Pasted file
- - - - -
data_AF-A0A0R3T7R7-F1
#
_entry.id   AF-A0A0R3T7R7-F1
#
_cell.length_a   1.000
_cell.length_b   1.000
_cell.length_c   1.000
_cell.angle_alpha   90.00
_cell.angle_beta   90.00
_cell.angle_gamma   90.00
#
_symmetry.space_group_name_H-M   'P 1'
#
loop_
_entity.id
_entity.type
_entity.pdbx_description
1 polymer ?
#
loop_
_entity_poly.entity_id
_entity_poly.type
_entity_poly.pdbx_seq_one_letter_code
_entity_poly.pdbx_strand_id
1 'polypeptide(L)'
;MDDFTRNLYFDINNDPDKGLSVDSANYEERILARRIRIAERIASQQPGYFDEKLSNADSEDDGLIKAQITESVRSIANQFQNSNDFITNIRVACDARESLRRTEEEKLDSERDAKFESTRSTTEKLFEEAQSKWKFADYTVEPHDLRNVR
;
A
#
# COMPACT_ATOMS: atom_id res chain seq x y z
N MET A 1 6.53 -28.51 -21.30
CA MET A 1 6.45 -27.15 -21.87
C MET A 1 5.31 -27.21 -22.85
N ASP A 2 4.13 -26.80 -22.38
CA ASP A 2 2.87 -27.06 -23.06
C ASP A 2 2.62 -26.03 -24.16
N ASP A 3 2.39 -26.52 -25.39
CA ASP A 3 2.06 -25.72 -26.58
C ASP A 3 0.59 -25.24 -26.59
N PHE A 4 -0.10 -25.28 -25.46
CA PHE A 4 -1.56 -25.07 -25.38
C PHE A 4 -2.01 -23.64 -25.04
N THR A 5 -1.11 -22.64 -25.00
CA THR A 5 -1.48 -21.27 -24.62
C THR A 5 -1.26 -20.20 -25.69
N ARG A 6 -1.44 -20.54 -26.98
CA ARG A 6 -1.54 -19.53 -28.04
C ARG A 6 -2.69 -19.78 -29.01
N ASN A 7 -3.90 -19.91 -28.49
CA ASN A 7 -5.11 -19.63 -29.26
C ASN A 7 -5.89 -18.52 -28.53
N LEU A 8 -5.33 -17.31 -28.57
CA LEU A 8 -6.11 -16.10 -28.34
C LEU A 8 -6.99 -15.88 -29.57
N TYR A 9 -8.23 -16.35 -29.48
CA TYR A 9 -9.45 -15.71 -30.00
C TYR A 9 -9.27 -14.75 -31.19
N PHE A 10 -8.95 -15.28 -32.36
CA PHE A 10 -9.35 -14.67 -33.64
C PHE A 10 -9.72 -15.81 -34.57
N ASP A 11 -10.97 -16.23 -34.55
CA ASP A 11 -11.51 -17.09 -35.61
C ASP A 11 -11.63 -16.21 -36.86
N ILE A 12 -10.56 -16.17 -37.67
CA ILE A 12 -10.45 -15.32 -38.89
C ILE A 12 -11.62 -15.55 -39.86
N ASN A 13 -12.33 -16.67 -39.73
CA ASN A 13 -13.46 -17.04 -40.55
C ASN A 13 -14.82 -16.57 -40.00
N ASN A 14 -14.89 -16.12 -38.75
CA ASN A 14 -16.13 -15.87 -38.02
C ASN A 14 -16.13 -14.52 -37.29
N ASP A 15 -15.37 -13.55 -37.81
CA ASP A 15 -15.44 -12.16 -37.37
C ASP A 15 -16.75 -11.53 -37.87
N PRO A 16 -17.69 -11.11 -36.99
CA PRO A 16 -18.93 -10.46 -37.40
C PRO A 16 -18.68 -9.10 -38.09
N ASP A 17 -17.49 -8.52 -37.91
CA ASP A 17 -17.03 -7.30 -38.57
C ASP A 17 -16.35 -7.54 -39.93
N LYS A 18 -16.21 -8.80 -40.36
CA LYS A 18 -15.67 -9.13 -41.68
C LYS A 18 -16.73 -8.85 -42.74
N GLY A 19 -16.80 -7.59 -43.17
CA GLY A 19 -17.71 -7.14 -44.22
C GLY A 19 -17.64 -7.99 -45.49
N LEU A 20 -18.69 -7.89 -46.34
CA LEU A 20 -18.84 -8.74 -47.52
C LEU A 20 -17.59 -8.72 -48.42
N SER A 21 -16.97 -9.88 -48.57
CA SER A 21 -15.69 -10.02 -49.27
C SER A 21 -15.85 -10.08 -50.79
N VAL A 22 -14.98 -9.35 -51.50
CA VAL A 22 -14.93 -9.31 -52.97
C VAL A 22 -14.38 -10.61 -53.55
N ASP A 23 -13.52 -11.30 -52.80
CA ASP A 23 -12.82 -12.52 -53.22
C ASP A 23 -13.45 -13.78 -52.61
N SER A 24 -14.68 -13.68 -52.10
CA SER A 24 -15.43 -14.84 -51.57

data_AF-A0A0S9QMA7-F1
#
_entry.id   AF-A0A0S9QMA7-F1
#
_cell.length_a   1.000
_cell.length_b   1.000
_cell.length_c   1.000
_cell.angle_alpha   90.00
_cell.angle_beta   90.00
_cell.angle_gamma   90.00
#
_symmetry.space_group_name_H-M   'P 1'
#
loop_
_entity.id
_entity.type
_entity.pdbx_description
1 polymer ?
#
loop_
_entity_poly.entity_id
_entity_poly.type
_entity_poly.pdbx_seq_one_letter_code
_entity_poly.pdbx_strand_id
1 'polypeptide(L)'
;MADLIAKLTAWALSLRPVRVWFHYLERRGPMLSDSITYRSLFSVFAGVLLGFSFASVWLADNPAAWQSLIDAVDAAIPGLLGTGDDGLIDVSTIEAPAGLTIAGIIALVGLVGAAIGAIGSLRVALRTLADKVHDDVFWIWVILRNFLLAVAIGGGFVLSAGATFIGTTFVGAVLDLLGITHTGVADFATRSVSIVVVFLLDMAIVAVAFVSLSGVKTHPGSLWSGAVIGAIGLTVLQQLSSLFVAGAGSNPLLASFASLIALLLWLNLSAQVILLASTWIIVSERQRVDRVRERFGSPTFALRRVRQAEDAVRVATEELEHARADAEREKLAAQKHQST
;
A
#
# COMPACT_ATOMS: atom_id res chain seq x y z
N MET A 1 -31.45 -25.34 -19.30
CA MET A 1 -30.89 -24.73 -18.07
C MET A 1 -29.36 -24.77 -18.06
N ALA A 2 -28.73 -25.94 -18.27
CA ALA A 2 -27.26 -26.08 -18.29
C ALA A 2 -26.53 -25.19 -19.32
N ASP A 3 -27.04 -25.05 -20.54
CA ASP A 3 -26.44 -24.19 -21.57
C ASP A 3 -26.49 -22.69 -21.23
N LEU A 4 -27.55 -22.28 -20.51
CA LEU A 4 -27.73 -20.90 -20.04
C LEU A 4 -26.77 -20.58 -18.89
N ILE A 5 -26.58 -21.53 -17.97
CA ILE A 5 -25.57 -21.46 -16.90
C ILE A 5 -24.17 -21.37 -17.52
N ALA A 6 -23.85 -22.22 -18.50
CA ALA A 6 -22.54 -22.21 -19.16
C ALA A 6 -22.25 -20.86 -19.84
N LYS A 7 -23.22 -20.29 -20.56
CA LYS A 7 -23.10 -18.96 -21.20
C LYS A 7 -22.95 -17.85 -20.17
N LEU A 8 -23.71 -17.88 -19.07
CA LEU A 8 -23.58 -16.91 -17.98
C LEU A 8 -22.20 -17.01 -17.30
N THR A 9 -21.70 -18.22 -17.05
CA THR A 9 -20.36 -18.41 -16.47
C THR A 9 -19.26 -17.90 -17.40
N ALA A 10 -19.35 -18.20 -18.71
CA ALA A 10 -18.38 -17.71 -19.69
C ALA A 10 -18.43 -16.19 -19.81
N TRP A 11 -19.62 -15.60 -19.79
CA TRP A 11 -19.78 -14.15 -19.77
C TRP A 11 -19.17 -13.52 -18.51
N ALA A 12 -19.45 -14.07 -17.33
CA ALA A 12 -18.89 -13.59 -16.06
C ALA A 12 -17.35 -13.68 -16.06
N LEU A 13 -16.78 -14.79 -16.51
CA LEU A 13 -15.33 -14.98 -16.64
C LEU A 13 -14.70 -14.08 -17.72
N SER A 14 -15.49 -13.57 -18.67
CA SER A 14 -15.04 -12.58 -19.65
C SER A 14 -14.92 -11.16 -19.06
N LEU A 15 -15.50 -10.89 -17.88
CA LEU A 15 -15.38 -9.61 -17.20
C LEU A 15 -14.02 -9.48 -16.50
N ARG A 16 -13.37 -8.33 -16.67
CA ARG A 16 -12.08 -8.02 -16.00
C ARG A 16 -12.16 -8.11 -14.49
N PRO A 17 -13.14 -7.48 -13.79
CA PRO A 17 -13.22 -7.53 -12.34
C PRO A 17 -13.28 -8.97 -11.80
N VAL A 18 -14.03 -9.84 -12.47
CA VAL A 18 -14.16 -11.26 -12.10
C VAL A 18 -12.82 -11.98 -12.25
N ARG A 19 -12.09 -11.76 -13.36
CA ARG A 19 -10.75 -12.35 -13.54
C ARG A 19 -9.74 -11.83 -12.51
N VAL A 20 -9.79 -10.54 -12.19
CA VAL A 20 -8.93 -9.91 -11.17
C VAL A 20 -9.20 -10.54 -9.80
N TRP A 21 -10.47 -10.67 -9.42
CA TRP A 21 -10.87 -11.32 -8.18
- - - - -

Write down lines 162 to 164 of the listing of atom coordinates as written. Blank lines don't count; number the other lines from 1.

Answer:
N TRP A 11 -19.62 -15.60 -19.79
CA TRP A 11 -19.78 -14.15 -19.77
C TRP A 11 -19.17 -13.52 -18.51